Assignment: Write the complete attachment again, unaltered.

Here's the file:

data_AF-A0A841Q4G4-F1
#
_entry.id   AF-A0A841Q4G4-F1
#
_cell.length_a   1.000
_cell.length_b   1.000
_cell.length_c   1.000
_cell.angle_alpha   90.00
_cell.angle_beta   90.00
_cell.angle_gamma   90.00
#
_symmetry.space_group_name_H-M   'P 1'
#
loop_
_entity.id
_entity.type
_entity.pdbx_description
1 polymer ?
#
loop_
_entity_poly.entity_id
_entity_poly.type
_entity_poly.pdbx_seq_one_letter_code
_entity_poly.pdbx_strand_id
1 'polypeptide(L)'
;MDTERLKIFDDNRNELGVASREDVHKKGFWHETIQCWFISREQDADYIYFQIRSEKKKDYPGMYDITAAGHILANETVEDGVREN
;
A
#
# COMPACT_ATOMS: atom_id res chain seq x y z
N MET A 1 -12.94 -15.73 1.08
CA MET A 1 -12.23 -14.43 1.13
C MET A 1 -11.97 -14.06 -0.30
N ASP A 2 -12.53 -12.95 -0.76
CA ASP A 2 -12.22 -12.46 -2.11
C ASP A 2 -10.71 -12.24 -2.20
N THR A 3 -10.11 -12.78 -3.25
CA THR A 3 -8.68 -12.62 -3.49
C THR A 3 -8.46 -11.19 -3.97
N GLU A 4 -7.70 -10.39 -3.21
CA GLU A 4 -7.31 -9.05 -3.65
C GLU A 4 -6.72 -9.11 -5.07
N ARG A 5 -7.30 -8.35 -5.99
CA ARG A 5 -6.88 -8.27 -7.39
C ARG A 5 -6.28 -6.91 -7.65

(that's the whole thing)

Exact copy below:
data_AF-A0A841Q4G4-F1
#
_entry.id   AF-A0A841Q4G4-F1
#
_cell.length_a   1.000
_cell.length_b   1.000
_cell.length_c   1.000
_cell.angle_alpha   90.00
_cell.angle_beta   90.00
_cell.angle_gamma   90.00
#
_symmetry.space_group_name_H-M   'P 1'
#
loop_
_entity.id
_entity.type
_entity.pdbx_description
1 polymer ?
#
loop_
_entity_poly.entity_id
_entity_poly.type
_entity_poly.pdbx_seq_one_letter_code
_entity_poly.pdbx_strand_id
1 'polypeptide(L)'
;MDTERLKIFDDNRNELGVASREDVHKKGFWHETIQCWFISREQDADYIYFQIRSEKKKDYPGMYDITAAGHILANETVEDGVREN
;
A
#
# COMPACT_ATOMS: atom_id res chain seq x y z
N MET A 1 -12.94 -15.73 1.08
CA MET A 1 -12.23 -14.43 1.13
C MET A 1 -11.97 -14.06 -0.30
N ASP A 2 -12.53 -12.95 -0.76
CA ASP A 2 -12.22 -12.46 -2.11
C ASP A 2 -10.71 -12.24 -2.20
N THR A 3 -10.11 -12.78 -3.25
CA THR A 3 -8.68 -12.62 -3.49
C THR A 3 -8.46 -11.19 -3.97
N GLU A 4 -7.70 -10.39 -3.21
CA GLU A 4 -7.31 -9.05 -3.65
C GLU A 4 -6.72 -9.11 -5.07
N ARG A 5 -7.30 -8.35 -5.99
CA ARG A 5 -6.88 -8.27 -7.39
C ARG A 5 -6.28 -6.91 -7.65